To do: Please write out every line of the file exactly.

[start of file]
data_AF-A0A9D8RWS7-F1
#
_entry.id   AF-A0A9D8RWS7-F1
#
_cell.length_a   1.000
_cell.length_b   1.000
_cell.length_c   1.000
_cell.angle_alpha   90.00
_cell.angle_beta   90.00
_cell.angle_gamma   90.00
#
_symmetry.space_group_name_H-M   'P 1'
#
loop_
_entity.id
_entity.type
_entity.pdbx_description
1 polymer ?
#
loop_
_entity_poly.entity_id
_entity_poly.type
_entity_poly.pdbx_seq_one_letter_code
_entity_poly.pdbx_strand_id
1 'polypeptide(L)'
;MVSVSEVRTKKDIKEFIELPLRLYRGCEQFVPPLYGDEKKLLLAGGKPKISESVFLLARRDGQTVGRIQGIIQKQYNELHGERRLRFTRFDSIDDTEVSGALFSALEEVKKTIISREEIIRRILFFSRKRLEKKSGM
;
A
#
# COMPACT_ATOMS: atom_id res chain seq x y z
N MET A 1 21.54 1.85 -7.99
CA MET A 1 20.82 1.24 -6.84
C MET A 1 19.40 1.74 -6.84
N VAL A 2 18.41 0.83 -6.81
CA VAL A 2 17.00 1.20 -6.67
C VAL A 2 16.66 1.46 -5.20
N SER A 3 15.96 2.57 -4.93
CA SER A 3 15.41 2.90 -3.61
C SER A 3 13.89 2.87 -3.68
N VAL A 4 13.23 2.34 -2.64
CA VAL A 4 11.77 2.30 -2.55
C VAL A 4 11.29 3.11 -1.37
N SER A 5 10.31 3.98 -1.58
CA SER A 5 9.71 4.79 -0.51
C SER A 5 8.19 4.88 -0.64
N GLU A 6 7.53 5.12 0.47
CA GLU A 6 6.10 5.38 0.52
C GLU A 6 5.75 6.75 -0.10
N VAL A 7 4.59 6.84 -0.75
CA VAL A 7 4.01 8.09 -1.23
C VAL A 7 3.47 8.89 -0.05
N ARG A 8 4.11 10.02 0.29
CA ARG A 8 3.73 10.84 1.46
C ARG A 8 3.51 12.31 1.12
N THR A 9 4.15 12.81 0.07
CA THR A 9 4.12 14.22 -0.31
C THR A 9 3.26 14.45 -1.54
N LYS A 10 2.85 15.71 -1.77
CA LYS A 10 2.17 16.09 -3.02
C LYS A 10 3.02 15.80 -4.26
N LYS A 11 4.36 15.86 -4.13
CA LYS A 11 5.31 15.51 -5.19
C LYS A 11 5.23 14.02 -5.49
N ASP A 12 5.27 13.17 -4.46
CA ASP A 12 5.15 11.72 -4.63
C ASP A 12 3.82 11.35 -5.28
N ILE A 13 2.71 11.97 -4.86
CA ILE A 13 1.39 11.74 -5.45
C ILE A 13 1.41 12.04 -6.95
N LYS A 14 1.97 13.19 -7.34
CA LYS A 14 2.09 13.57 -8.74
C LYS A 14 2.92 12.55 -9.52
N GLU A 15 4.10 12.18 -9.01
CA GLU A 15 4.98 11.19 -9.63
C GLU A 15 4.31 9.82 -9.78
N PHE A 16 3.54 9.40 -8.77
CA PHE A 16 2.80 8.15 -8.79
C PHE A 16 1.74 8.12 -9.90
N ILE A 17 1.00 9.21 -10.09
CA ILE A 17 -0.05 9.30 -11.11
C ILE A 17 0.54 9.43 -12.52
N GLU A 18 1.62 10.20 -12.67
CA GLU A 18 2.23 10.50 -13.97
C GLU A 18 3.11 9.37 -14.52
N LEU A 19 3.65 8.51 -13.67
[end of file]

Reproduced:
data_AF-A0A9D8RWS7-F1
#
_entry.id   AF-A0A9D8RWS7-F1
#
_cell.length_a   1.000
_cell.length_b   1.000
_cell.length_c   1.000
_cell.angle_alpha   90.00
_cell.angle_beta   90.00
_cell.angle_gamma   90.00
#
_symmetry.space_group_name_H-M   'P 1'
#
loop_
_entity.id
_entity.type
_entity.pdbx_description
1 polymer ?
#
loop_
_entity_poly.entity_id
_entity_poly.type
_entity_poly.pdbx_seq_one_letter_code
_entity_poly.pdbx_strand_id
1 'polypeptide(L)'
;MVSVSEVRTKKDIKEFIELPLRLYRGCEQFVPPLYGDEKKLLLAGGKPKISESVFLLARRDGQTVGRIQGIIQKQYNELHGERRLRFTRFDSIDDTEVSGALFSALEEVKKTIISREEIIRRILFFSRKRLEKKSGM
;
A
#
# COMPACT_ATOMS: atom_id res chain seq x y z
N MET A 1 21.54 1.85 -7.99
CA MET A 1 20.82 1.24 -6.84
C MET A 1 19.40 1.74 -6.84
N VAL A 2 18.41 0.83 -6.81
CA VAL A 2 17.00 1.20 -6.67
C VAL A 2 16.66 1.46 -5.20
N SER A 3 15.96 2.57 -4.93
CA SER A 3 15.41 2.90 -3.61
C SER A 3 13.89 2.87 -3.68
N VAL A 4 13.23 2.34 -2.64
CA VAL A 4 11.77 2.30 -2.55
C VAL A 4 11.29 3.11 -1.37
N SER A 5 10.31 3.98 -1.58
CA SER A 5 9.71 4.79 -0.51
C SER A 5 8.19 4.88 -0.64
N GLU A 6 7.53 5.12 0.47
CA GLU A 6 6.10 5.38 0.52
C GLU A 6 5.75 6.75 -0.10
N VAL A 7 4.59 6.84 -0.75
CA VAL A 7 4.01 8.09 -1.23
C VAL A 7 3.47 8.89 -0.05
N ARG A 8 4.11 10.02 0.29
CA ARG A 8 3.73 10.84 1.46
C ARG A 8 3.51 12.31 1.12
N THR A 9 4.15 12.81 0.07
CA THR A 9 4.12 14.22 -0.31
C THR A 9 3.26 14.45 -1.54
N LYS A 10 2.85 15.71 -1.77
CA LYS A 10 2.17 16.09 -3.02
C LYS A 10 3.02 15.80 -4.26
N LYS A 11 4.36 15.86 -4.13
CA LYS A 11 5.31 15.51 -5.19
C LYS A 11 5.23 14.02 -5.49
N ASP A 12 5.27 13.17 -4.46
CA ASP A 12 5.15 11.72 -4.63
C ASP A 12 3.82 11.35 -5.28
N ILE A 13 2.71 11.97 -4.86
CA ILE A 13 1.39 11.74 -5.45
C ILE A 13 1.41 12.04 -6.95
N LYS A 14 1.97 13.19 -7.34
CA LYS A 14 2.09 13.57 -8.74
C LYS A 14 2.92 12.55 -9.52
N GLU A 15 4.10 12.18 -9.01
CA GLU A 15 4.98 11.19 -9.63
C GLU A 15 4.31 9.82 -9.78
N PHE A 16 3.54 9.40 -8.77
CA PHE A 16 2.80 8.15 -8.79
C PHE A 16 1.74 8.12 -9.90
N ILE A 17 1.00 9.21 -10.09
CA ILE A 17 -0.05 9.30 -11.11
C ILE A 17 0.54 9.43 -12.52
N GLU A 18 1.62 10.20 -12.67
CA GLU A 18 2.23 10.50 -13.97
C GLU A 18 3.11 9.37 -14.52
N LEU A 19 3.65 8.51 -13.67